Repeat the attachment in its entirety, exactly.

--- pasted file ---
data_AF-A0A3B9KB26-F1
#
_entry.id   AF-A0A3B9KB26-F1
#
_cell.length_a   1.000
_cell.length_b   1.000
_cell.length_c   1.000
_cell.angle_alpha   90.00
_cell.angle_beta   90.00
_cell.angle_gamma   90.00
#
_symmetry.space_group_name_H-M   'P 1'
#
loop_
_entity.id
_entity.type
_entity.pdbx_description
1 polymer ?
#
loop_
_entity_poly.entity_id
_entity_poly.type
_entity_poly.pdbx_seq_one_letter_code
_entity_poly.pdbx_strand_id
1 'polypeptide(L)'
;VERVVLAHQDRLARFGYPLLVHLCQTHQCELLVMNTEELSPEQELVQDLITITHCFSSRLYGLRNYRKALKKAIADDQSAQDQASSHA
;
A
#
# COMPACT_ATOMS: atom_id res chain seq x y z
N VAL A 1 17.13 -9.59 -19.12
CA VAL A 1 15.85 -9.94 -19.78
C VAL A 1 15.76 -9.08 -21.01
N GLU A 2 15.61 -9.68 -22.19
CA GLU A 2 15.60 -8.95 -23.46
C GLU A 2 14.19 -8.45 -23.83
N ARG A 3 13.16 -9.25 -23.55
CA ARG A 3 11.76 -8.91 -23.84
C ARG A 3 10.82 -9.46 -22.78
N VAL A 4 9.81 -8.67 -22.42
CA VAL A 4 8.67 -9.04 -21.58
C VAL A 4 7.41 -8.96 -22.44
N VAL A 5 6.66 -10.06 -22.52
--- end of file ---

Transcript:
data_AF-A0A3B9KB26-F1
#
_entry.id   AF-A0A3B9KB26-F1
#
_cell.length_a   1.000
_cell.length_b   1.000
_cell.length_c   1.000
_cell.angle_alpha   90.00
_cell.angle_beta   90.00
_cell.angle_gamma   90.00
#
_symmetry.space_group_name_H-M   'P 1'
#
loop_
_entity.id
_entity.type
_entity.pdbx_description
1 polymer ?
#
loop_
_entity_poly.entity_id
_entity_poly.type
_entity_poly.pdbx_seq_one_letter_code
_entity_poly.pdbx_strand_id
1 'polypeptide(L)'
;VERVVLAHQDRLARFGYPLLVHLCQTHQCELLVMNTEELSPEQELVQDLITITHCFSSRLYGLRNYRKALKKAIADDQSAQDQASSHA
;
A
#
# COMPACT_ATOMS: atom_id res chain seq x y z
N VAL A 1 17.13 -9.59 -19.12
CA VAL A 1 15.85 -9.94 -19.78
C VAL A 1 15.76 -9.08 -21.01
N GLU A 2 15.61 -9.68 -22.19
CA GLU A 2 15.60 -8.95 -23.46
C GLU A 2 14.19 -8.45 -23.83
N ARG A 3 13.16 -9.25 -23.55
CA ARG A 3 11.76 -8.91 -23.84
C ARG A 3 10.82 -9.46 -22.78
N VAL A 4 9.81 -8.67 -22.42
CA VAL A 4 8.67 -9.04 -21.58
C VAL A 4 7.41 -8.96 -22.44
N VAL A 5 6.66 -10.06 -22.52